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So I was having a discussion about starters with someone, after reading NB's Yeast Pitching Rates document. In which, I read that, with a stir plate, and considering a two stage propogation, I could get 453B cells with two .5 litre stages.

However, It was brought to my attention that in Jamil's yeast book, he argues that sub-litre starters are pointless.

How can I reconcile this? Which resource is right?

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I do not have Jamil's book, so I can't check the reference myself. I wonder if, perhaps, he's only speaking to a single stage starter? The NB document indicates that in a single stage, you'd still nearly double your count, so, the two resources really are at odds with eachother. –  reidLinden Mar 24 '11 at 13:09

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I would certainly follow JZ's advice over NB's. While I know and respect the people at NB (hey, they put out kits of my recipes!), I know for a fact that JZ has worked with Chris White to do detailed studies while NB is just repeating commonly held "wisdom". You're also comparing apple to oranges since NB recommends 2 steps and JZ is talking about a single step. A 2 step starter is not only more hassle, you double the chance of accidentally picking up a contamination. In addition, if you don't feed the yeast enough wort initially, they have nothing left to help them build glycogen reserves at the end of starter fermentation which are used to help the yeast get off to a healthy start once you pitch it into your beer.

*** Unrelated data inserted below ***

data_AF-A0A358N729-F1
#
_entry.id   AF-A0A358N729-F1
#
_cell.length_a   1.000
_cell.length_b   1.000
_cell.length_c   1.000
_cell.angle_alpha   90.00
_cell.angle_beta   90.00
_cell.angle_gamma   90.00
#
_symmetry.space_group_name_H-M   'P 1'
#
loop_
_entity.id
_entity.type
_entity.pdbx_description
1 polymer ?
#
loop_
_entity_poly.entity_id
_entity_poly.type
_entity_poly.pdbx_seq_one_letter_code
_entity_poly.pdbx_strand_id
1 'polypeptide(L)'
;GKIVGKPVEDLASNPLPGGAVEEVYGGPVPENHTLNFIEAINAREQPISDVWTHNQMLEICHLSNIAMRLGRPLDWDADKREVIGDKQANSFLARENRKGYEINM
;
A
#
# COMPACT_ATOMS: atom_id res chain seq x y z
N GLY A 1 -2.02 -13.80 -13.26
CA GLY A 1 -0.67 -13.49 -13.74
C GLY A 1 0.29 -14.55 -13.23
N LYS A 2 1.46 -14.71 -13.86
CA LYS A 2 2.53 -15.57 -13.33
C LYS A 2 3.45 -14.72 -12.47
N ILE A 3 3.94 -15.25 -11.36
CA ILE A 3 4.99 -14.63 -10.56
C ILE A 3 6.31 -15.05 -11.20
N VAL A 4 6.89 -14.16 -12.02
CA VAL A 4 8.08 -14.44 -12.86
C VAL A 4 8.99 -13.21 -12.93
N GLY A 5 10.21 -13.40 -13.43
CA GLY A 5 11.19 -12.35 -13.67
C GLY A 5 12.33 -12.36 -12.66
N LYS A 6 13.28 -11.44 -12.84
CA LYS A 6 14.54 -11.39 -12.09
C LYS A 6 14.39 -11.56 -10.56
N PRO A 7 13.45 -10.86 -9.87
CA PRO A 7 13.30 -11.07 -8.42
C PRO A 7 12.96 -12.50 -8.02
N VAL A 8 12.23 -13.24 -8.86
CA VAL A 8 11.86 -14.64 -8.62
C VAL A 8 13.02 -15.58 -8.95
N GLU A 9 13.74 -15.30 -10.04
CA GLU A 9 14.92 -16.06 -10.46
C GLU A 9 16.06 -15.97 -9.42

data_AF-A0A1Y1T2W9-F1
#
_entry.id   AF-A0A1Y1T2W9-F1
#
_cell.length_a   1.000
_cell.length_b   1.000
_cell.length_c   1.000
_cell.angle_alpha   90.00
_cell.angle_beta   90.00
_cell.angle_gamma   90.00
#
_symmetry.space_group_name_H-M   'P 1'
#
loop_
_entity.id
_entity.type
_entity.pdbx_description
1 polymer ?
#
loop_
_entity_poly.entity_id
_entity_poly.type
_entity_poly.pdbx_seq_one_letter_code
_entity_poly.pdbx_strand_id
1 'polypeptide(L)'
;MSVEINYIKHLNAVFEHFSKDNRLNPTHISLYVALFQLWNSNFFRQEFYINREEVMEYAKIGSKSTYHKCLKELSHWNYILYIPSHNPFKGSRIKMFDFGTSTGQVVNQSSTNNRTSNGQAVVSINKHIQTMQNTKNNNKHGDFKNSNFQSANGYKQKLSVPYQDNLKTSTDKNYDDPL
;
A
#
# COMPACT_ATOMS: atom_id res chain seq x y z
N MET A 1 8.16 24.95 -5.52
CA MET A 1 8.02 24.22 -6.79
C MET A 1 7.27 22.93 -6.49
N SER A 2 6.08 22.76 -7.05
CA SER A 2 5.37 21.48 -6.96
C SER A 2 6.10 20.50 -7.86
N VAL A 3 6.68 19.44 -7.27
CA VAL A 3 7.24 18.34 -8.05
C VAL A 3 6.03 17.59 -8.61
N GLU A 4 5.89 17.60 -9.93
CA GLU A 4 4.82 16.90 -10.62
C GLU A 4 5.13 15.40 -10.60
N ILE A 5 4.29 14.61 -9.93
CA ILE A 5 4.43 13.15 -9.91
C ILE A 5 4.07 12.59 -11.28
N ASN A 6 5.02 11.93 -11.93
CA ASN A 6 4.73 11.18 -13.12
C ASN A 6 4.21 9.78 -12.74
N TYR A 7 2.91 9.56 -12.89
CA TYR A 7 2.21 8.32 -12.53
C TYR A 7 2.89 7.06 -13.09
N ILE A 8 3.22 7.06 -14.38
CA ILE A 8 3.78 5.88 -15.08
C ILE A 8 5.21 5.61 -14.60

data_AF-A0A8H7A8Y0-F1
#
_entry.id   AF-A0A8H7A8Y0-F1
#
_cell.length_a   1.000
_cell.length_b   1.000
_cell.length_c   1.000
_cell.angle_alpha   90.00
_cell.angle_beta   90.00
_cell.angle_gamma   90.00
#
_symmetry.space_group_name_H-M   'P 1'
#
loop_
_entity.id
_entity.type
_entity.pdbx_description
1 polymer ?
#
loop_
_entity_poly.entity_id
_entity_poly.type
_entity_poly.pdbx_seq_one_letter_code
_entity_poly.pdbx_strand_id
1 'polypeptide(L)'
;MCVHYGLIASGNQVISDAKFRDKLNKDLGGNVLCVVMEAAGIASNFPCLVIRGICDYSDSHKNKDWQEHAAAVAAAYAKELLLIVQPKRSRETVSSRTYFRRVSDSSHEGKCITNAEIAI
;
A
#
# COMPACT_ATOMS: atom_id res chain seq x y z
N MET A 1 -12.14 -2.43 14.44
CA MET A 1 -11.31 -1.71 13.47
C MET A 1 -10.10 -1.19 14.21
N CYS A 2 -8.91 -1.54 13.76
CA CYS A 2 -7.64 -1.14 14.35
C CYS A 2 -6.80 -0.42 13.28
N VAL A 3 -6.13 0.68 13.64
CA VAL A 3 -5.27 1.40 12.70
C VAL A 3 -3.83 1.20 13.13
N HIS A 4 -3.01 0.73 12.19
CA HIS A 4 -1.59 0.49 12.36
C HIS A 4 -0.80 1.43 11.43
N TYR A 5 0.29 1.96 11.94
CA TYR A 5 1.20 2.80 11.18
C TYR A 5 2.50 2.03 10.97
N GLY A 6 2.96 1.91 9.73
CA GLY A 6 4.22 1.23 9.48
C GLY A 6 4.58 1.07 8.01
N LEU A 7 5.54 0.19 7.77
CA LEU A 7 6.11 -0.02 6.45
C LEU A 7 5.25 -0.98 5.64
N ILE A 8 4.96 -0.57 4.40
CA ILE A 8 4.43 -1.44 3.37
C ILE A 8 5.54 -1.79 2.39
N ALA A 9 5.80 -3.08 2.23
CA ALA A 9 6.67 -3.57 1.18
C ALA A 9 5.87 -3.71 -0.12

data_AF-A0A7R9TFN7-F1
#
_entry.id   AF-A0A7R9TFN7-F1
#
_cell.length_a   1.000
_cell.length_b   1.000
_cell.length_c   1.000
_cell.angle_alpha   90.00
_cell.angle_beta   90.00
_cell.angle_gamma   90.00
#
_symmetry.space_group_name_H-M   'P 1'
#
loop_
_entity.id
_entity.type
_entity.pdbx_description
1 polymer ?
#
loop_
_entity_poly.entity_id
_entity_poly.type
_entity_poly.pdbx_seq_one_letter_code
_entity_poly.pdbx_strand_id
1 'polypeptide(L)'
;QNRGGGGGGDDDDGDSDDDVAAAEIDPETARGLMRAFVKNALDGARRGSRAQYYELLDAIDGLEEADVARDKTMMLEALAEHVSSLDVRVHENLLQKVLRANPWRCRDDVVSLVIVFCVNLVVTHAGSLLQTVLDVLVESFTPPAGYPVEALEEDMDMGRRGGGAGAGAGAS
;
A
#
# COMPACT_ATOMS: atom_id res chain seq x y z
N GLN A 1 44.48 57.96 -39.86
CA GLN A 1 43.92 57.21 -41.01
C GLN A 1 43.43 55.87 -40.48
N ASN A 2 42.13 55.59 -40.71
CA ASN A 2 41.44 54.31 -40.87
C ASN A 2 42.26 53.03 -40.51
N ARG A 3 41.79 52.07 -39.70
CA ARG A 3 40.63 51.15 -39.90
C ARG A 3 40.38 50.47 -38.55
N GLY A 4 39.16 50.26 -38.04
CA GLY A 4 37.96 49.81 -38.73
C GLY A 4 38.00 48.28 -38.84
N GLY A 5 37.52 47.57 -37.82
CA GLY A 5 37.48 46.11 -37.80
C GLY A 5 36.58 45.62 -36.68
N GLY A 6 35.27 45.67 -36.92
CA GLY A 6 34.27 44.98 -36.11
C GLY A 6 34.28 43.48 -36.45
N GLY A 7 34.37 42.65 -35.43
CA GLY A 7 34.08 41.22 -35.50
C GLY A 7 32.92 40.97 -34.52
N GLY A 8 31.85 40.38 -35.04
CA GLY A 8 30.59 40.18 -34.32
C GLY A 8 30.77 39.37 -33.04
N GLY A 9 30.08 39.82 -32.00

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Thanks Denny, This pretty much matched my 'gut-feeling', but I was hoping to get someone else to reconcile the differences. I'm quite satisfied with this answer. –  reidLinden Mar 24 '11 at 15:47

Your goal is to achieve an approximate doubling of the healthy, viable yeast cell count. So the important thing is the ratio of yeast cell count to wort volume. Too little wort and you have just fed the existing yeast, but they've eaten all of the sugar and nutrients before they've all had a chance to reproduce. Too much wort, and you've got beer.

If you plot the numbers that you see on NB's pdf, you'll see that what you get is a curve, which appears to mimic the numbers from Jamil's yeast book. They're a little different, but they're close enough to make me think it's just differences in experimental methods. (edit: turns out that the experiment from the Yeast book was done with no additional oxygen and no agitation, so it may be that both are correct)

If you have 2 containers that will hold .5L, you could make a liter of wort and split the vial somewhat evenly between the 2 smaller containers. That's what I do when I need to make larger starters. For really large starters, make a small beer (under 1.050), and then pitch the yeast cake from that into your big beer.

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I've only got a single 1L flask, so I'm actually looking at the 'serial' process mentioned in the NB document. –  reidLinden Mar 24 '11 at 13:39
    
mrmalty.com/calc/calc.html zainasheff's pitching rate calculator may help, though it doesn't take into account a stepped starter. –  baka Mar 24 '11 at 14:01
    
yeah...I've looked at it, but not having the stepped increments, its only of limited value with such a small flask. –  reidLinden Mar 24 '11 at 14:27
    
homebrew.stackexchange.com/questions/967/… Do you have any milk or water jugs laying around? –  baka Mar 24 '11 at 14:33
    
yeah...I've got a gallon jug (glass even) that I could use, but its just not as convenient as using a nice erlenmeyer flask. –  reidLinden Mar 24 '11 at 14:55

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